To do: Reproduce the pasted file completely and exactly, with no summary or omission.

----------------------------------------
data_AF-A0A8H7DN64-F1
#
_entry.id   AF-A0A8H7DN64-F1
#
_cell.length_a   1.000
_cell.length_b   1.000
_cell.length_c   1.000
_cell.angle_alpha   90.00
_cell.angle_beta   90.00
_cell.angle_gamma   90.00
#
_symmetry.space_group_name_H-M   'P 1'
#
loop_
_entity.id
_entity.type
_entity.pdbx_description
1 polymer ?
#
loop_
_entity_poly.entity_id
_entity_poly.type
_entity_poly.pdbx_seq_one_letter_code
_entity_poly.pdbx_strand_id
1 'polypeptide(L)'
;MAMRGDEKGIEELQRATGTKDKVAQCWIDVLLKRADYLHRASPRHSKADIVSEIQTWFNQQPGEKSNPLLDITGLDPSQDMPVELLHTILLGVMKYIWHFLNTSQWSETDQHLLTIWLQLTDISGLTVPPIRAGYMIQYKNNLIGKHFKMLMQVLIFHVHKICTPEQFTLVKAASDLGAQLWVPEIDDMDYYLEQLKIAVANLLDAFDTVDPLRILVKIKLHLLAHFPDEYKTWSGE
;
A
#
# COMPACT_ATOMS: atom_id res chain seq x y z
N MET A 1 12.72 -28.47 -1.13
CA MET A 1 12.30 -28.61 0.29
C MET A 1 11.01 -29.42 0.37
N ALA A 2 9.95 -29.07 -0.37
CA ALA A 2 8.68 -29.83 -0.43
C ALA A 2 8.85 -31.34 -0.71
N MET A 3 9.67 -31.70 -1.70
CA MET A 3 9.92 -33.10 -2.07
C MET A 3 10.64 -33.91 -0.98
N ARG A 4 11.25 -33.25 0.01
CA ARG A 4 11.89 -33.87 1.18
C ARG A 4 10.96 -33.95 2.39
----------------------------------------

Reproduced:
data_AF-A0A8H7DN64-F1
#
_entry.id   AF-A0A8H7DN64-F1
#
_cell.length_a   1.000
_cell.length_b   1.000
_cell.length_c   1.000
_cell.angle_alpha   90.00
_cell.angle_beta   90.00
_cell.angle_gamma   90.00
#
_symmetry.space_group_name_H-M   'P 1'
#
loop_
_entity.id
_entity.type
_entity.pdbx_description
1 polymer ?
#
loop_
_entity_poly.entity_id
_entity_poly.type
_entity_poly.pdbx_seq_one_letter_code
_entity_poly.pdbx_strand_id
1 'polypeptide(L)'
;MAMRGDEKGIEELQRATGTKDKVAQCWIDVLLKRADYLHRASPRHSKADIVSEIQTWFNQQPGEKSNPLLDITGLDPSQDMPVELLHTILLGVMKYIWHFLNTSQWSETDQHLLTIWLQLTDISGLTVPPIRAGYMIQYKNNLIGKHFKMLMQVLIFHVHKICTPEQFTLVKAASDLGAQLWVPEIDDMDYYLEQLKIAVANLLDAFDTVDPLRILVKIKLHLLAHFPDEYKTWSGE
;
A
#
# COMPACT_ATOMS: atom_id res chain seq x y z
N MET A 1 12.72 -28.47 -1.13
CA MET A 1 12.30 -28.61 0.29
C MET A 1 11.01 -29.42 0.37
N ALA A 2 9.95 -29.07 -0.37
CA ALA A 2 8.68 -29.83 -0.43
C ALA A 2 8.85 -31.34 -0.71
N MET A 3 9.67 -31.70 -1.70
CA MET A 3 9.92 -33.10 -2.07
C MET A 3 10.64 -33.91 -0.98
N ARG A 4 11.25 -33.25 0.01
CA ARG A 4 11.89 -33.87 1.18
C ARG A 4 10.96 -33.95 2.39